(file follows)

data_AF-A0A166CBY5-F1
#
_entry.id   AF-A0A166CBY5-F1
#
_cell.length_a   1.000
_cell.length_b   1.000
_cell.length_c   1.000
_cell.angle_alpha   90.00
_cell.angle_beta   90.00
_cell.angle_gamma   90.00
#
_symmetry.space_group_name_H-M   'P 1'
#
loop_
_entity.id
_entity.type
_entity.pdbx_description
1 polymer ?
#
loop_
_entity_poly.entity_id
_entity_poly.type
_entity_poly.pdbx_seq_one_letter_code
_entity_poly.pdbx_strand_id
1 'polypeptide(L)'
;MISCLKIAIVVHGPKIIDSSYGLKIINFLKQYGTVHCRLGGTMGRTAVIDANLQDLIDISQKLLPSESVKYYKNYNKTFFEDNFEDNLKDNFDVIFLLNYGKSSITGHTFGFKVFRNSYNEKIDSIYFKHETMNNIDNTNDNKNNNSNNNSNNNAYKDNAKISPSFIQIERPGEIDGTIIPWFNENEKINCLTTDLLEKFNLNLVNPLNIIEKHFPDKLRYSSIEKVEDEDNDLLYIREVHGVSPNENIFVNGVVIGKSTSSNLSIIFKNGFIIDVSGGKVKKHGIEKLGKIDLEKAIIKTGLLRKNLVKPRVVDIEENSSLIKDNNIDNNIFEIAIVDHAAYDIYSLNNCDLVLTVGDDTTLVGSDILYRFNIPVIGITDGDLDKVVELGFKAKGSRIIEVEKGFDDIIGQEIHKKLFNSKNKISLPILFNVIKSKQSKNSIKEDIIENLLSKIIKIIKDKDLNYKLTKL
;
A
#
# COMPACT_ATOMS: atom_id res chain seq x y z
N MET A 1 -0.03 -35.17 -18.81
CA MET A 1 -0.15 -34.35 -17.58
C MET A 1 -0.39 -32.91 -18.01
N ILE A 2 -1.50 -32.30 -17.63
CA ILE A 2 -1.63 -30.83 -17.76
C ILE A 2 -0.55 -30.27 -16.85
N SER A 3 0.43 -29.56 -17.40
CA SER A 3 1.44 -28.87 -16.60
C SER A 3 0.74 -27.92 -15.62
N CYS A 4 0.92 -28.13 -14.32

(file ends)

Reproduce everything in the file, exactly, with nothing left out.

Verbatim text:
data_AF-A0A166CBY5-F1
#
_entry.id   AF-A0A166CBY5-F1
#
_cell.length_a   1.000
_cell.length_b   1.000
_cell.length_c   1.000
_cell.angle_alpha   90.00
_cell.angle_beta   90.00
_cell.angle_gamma   90.00
#
_symmetry.space_group_name_H-M   'P 1'
#
loop_
_entity.id
_entity.type
_entity.pdbx_description
1 polymer ?
#
loop_
_entity_poly.entity_id
_entity_poly.type
_entity_poly.pdbx_seq_one_letter_code
_entity_poly.pdbx_strand_id
1 'polypeptide(L)'
;MISCLKIAIVVHGPKIIDSSYGLKIINFLKQYGTVHCRLGGTMGRTAVIDANLQDLIDISQKLLPSESVKYYKNYNKTFFEDNFEDNLKDNFDVIFLLNYGKSSITGHTFGFKVFRNSYNEKIDSIYFKHETMNNIDNTNDNKNNNSNNNSNNNAYKDNAKISPSFIQIERPGEIDGTIIPWFNENEKINCLTTDLLEKFNLNLVNPLNIIEKHFPDKLRYSSIEKVEDEDNDLLYIREVHGVSPNENIFVNGVVIGKSTSSNLSIIFKNGFIIDVSGGKVKKHGIEKLGKIDLEKAIIKTGLLRKNLVKPRVVDIEENSSLIKDNNIDNNIFEIAIVDHAAYDIYSLNNCDLVLTVGDDTTLVGSDILYRFNIPVIGITDGDLDKVVELGFKAKGSRIIEVEKGFDDIIGQEIHKKLFNSKNKISLPILFNVIKSKQSKNSIKEDIIENLLSKIIKIIKDKDLNYKLTKL
;
A
#
# COMPACT_ATOMS: atom_id res chain seq x y z
N MET A 1 -0.03 -35.17 -18.81
CA MET A 1 -0.15 -34.35 -17.58
C MET A 1 -0.39 -32.91 -18.01
N ILE A 2 -1.50 -32.30 -17.63
CA ILE A 2 -1.63 -30.83 -17.76
C ILE A 2 -0.55 -30.27 -16.85
N SER A 3 0.43 -29.56 -17.40
CA SER A 3 1.44 -28.87 -16.60
C SER A 3 0.74 -27.92 -15.62
N CYS A 4 0.92 -28.13 -14.32